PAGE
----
index := index + increment >>
ELSE WHILE index >= final DO <<
statement,
index := index + increment >>,
RETURN 0
END .
;PAUSE;COMMENT
Note:
1. The index variable is automatically declared local to the FOR-
loop.
2. "initial", "increment", and "final" must have integer values.
3. FORTRAN programmers take note: the body of the loop is not
automatically executed at least once.
4. An acceptable abbreviation for "STEP 1 UNTIL" is ":".
5. Since the WHILE-loop and the FOR-loop have implied BEGIN-
blocks, a RETURN statement within their bodies cannot transfer
control further than the point following the loops.
Another frequent need is to produce output from within a group or
block, because such output is not automatically produced. This can
be done using the WRITE-statement, which has the form
WRITE expression1, expression2, ..., expressionN.
Beginning a new line with expression1, the expressions are printed
immediately adjacent to each other, split over line boundaries if
necessary. The value of the WRITE-statement is the value of its last
expression, and any of the expressions can be a character-string
of the form "character1 character2 ... characterM" .
Inserting the word "WRITE" on a separate line before an assignment
is convenient for debugging, because the word is then easily deleted
afterward. These features and others are illustrated by the following
equation solver;
PAUSE;
OPERATOR SOLVEFOR, SOLN;
FOR ALL X, LHS, RHS LET SOLVEFOR(X, LHS, RHS) = SOLVEFOR(X, LHS-RHS);
COMMENT LHS and RHS are expressions such that P=NUM(LHS-RHS) is a
polynomial of degree at most 2 in the indeterminate or functional
form X. Otherwise an error message is printed. As a convenience,
RHS can be omitted if it is 0. If P is quadratic in X, the two
values of X which satisfy P=0 are stored as the values of the
functional forms SOLN(1) and SOLN(2). If P is a first-degree
polynomial in X, SOLN(1) is set to the one solution. If P simplifies
to 0, SOLN(1) is set to the identifier ARBITRARY. If P is an
expression which does not simplify to zero but does not contain X,
SOLN(1) is set to the identifier NONE. In all other cases, SOLN(1)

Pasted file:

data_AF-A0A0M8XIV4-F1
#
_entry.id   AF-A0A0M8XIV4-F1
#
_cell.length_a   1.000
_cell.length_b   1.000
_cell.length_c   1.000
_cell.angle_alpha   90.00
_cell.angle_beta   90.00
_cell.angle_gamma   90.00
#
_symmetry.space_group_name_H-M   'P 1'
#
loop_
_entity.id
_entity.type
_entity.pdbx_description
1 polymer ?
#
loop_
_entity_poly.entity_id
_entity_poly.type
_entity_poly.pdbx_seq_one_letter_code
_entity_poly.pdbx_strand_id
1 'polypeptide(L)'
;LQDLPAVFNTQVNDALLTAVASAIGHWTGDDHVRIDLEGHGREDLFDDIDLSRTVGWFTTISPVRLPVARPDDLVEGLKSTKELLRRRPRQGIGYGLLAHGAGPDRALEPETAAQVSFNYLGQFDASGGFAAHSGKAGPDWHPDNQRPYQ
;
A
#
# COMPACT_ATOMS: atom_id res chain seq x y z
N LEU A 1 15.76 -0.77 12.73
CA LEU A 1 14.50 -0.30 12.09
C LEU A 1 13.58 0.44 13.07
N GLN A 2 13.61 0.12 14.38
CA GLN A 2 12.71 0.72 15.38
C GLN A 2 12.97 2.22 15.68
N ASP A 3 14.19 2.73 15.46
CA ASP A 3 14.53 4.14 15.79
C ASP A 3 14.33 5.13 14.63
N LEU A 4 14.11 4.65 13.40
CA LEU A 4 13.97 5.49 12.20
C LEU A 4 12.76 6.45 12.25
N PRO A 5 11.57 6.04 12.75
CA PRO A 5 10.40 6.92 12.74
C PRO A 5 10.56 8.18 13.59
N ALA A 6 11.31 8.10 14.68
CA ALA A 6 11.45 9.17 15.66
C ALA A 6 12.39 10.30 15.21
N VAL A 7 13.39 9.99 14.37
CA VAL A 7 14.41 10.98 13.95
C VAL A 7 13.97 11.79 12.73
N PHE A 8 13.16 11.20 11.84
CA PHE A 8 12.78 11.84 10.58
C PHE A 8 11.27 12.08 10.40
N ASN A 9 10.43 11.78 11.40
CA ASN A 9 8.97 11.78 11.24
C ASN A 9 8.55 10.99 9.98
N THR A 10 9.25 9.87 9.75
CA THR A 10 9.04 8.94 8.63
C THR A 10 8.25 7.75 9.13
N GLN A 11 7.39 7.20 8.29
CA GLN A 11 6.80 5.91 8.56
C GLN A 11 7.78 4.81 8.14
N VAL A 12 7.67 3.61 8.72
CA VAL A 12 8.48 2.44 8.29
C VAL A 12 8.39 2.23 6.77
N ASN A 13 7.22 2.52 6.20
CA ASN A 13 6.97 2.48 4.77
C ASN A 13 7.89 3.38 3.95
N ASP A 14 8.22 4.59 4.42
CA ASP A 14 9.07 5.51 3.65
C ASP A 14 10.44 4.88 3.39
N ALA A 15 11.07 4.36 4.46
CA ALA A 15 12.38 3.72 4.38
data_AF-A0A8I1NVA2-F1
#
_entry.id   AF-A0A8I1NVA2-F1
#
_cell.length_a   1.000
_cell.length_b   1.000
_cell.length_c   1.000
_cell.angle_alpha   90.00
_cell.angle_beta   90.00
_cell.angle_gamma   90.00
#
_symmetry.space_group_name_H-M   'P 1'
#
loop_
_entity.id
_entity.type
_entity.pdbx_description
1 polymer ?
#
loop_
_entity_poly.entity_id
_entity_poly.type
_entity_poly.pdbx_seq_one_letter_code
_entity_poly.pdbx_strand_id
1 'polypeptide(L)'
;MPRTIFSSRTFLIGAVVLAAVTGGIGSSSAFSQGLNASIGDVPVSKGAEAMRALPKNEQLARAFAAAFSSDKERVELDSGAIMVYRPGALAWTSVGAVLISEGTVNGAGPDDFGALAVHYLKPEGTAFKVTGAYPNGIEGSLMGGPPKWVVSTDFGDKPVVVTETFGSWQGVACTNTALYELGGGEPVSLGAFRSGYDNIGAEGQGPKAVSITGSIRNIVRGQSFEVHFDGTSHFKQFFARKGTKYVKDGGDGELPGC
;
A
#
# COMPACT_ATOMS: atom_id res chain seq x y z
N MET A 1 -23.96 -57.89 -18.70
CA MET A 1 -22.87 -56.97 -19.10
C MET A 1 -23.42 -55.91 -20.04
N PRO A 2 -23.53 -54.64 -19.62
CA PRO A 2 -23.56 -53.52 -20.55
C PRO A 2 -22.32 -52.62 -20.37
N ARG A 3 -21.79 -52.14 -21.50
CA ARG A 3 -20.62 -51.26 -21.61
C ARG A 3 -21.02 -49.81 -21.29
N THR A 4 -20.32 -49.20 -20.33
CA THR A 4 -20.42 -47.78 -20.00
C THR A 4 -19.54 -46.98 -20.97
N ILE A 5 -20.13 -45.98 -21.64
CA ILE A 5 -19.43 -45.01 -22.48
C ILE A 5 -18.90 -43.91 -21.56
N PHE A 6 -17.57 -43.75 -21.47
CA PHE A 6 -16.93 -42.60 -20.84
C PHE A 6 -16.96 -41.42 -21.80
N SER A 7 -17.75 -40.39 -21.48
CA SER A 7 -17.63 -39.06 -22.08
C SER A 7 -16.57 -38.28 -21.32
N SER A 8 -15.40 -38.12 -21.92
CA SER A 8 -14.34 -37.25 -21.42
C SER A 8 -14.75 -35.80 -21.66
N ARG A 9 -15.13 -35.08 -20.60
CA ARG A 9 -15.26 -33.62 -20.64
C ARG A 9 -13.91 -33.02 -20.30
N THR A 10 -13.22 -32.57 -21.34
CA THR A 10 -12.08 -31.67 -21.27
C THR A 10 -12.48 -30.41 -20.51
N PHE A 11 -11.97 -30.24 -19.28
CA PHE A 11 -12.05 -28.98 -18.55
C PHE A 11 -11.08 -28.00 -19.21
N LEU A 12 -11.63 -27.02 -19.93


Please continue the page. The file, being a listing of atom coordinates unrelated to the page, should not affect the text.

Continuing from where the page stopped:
is set to the identifier UNKNOWN. The function then returns the
number of SOLN forms which were set. This function prints a well
deserved warning message if the denominator of LHS-RHS contains X. If
LHS-RHS is not polynomial in X, it is wise to execute this function
under the influence of ON GCD;
PAUSE;
FOR ALL X, LHSMRHS LET SOLVEFOR(X, LHSMRHS) =
BEGIN INTEGER HIPOW; SCALAR TEMP, CFLIST, CF0, CF1, CF2;
IF LHSMRHS = 0 THEN <<
SOLN(1) := ARBITRARY;
RETURN 1 >>;
CFLIST := COEFF(LHSMRHS, X);
HIPOW := HIPOW!*;
IF HIPOW = 0 THEN <<
SOLN(1) := NONE;
RETURN 1 >>;
IF HIPOW > 2 THEN <<
SOLN(1) := UNKNOWN;
RETURN 1 >>;
IF HIPOW = 1 THEN <<
SOLN(1) := FIRST(CFLIST)/SECOND(CFLIST);
IF DF(SUB(X=!*FOO, SOLN(1)), !*FOO) NEQ 0 THEN
SOLN(1) := UNKNOWN;
RETURN 1 >>;
CF0 := FIRST(CFLIST)/THIRD(CFLIST);
CF1 := -SECOND(CFLIST)/THIRD(CFLIST)/2;
IF DF(SUB(X=!*FOO, CF0), !*FOO) NEQ 0
OR DF(SUB(X=!*FOO, CF1), !*FOO) NEQ 0 THEN <<
SOLN(1) := UNKNOWN;
RETURN 1 >>;
TEMP := (CF1**2 - CF0)**(1/2);
SOLN(1) := CF1 + TEMP;
SOLN(2) := CF1 - TEMP;
RETURN 2
END;
COMMENT And some examples;
PAUSE;
FOR K:=1:SOLVEFOR(X, A*X**2, -B*X-C) DO WRITE SOLN(K) := SOLN(K);
FOR K:=1:SOLVEFOR(LOG(X), 5*LOG(X)-7) DO WRITE SOLN(K) := SOLN(K);
FOR K:=1:SOLVEFOR(X, X, X) DO WRITE SOLN(K) := SOLN(K);
FOR K:= 1:SOLVEFOR(X, 5) DO WRITE SOLN(K) := SOLN(K);
FOR K:=1:SOLVEFOR(X, X**3+X+1) DO WRITE SOLN(K) := SOLN(K);
FOR K:=1:SOLVEFOR(X, X*E**X, 1) DO WRITE SOLN(K) := SOLN(K);
G1 := X/(E**X-1);
%Results in 'invalid as POLYNOMIAL' error, continue anyway;
FOR K:=1:SOLVEFOR(X, G1) DO WRITE SOLN(K) := SOLN(K);
SUB(X=SOLN(1), G1);
LIMIT(G1, X, SOLN(1));
PAUSE;
COMMENT Here we have used LET rules to permit the user the
convenience of omitting default arguments. (Function definitions have
to have a fixed number of parameters.)
Array elements are designated by the same syntax as matrix elements
and as functional forms having integer arguments. Here are some